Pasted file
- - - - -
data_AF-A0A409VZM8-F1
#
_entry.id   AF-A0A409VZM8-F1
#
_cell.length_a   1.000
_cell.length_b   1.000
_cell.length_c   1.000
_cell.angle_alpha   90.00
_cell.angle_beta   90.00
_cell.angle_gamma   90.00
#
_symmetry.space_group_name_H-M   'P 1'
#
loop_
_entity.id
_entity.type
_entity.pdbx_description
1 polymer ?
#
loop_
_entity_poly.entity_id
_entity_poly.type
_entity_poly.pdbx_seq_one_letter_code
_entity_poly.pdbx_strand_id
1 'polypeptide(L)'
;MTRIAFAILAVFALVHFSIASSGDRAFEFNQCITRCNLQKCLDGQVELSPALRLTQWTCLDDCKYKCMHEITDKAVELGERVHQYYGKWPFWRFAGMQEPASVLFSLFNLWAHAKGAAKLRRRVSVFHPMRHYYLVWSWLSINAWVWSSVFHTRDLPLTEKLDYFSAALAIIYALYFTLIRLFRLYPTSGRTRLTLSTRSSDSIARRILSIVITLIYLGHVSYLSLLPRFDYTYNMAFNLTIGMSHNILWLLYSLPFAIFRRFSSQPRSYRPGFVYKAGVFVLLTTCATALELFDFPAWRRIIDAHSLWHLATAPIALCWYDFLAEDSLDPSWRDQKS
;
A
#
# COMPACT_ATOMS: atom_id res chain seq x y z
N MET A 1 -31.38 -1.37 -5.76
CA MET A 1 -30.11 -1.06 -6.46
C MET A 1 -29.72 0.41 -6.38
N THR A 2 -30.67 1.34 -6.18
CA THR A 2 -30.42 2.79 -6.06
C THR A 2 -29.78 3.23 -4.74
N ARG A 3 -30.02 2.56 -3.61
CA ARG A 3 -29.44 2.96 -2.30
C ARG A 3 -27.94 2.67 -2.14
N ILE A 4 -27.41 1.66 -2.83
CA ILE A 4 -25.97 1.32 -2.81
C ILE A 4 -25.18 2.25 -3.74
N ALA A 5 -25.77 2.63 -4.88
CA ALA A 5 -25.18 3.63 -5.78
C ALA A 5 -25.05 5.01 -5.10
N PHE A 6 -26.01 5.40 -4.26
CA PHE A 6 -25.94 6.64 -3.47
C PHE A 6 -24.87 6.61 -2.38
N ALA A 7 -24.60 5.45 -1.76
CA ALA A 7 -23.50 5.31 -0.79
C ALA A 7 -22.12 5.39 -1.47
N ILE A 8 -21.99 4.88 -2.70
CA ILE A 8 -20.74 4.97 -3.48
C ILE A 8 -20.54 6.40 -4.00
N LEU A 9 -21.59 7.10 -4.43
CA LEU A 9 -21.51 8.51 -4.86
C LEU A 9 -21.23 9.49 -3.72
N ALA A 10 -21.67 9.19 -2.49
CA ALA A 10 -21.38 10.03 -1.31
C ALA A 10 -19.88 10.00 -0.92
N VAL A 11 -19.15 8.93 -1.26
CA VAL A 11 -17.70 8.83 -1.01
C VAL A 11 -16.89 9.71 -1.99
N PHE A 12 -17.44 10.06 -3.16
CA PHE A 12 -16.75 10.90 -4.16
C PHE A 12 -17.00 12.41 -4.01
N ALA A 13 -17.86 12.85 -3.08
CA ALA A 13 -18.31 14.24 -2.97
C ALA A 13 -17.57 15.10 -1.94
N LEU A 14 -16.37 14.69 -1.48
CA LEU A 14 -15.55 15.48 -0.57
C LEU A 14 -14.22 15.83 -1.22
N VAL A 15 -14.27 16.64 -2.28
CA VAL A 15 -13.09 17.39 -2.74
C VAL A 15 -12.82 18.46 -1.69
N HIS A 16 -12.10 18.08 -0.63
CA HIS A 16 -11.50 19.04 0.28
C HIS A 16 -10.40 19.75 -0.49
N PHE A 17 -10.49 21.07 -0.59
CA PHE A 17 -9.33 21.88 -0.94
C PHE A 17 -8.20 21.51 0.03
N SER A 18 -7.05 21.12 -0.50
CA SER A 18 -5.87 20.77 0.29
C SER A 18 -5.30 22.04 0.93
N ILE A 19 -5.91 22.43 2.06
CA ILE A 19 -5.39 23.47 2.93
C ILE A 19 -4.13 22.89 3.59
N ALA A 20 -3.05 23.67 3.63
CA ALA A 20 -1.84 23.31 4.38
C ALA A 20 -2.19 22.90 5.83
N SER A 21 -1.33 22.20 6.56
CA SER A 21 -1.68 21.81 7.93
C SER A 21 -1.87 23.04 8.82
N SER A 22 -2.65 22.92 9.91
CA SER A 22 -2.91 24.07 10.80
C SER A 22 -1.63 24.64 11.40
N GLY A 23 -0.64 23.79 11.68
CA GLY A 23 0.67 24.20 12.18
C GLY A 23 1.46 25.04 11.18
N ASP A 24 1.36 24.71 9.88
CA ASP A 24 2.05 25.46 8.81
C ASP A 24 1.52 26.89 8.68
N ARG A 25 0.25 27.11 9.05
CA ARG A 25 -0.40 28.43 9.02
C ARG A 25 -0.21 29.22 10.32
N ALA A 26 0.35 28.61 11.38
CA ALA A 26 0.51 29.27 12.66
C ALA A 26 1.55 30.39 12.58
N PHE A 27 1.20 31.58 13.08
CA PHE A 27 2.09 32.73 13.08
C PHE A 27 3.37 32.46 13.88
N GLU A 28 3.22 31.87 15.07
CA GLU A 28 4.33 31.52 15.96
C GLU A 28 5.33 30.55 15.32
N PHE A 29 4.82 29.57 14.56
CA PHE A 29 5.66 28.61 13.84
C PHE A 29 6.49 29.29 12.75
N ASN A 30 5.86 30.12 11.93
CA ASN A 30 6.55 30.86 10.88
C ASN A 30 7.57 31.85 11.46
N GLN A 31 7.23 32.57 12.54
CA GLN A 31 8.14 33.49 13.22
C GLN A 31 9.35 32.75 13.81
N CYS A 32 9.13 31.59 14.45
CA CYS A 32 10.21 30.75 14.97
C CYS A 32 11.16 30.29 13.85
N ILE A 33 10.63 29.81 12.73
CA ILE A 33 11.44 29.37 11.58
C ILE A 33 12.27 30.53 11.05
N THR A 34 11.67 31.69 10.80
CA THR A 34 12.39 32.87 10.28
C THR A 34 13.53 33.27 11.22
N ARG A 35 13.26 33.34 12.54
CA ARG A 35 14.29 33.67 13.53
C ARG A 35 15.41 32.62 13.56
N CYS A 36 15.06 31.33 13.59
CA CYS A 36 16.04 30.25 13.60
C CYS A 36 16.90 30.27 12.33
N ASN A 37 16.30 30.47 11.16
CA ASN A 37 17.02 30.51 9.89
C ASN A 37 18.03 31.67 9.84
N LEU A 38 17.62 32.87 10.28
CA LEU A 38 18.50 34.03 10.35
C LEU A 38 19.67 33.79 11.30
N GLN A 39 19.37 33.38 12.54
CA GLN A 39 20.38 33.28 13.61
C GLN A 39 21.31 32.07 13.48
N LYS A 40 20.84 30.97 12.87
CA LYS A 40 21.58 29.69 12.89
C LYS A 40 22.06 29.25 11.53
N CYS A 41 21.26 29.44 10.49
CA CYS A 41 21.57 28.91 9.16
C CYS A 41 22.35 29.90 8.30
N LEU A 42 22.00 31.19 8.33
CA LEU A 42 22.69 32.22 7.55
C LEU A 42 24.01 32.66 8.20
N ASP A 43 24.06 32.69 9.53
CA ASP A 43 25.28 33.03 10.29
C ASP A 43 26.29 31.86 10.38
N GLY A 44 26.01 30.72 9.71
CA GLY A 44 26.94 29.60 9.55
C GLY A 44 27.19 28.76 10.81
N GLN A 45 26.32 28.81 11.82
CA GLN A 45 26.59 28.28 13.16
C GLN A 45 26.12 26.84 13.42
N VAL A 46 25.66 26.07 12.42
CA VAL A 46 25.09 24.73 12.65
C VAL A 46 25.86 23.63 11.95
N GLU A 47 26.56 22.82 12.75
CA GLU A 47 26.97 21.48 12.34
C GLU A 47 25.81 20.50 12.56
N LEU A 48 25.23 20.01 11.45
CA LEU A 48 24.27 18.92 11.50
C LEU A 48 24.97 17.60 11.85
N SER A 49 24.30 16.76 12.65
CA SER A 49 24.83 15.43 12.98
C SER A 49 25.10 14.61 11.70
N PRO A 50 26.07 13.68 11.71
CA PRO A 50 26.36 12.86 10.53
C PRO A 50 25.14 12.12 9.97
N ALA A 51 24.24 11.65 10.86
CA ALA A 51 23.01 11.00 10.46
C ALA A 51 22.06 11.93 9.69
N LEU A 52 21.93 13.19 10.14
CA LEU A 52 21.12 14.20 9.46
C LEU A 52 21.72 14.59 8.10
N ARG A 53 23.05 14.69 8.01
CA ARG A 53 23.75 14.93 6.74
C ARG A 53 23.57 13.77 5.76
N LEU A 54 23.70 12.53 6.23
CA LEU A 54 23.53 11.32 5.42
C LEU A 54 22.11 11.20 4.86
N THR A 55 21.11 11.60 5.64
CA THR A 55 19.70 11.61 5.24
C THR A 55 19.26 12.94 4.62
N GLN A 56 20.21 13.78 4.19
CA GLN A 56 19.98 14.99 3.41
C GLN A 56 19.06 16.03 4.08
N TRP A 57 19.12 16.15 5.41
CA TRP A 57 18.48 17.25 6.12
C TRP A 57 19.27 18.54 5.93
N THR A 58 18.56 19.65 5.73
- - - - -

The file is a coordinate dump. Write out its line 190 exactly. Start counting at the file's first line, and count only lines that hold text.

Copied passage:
N LEU A 54 23.70 12.53 6.23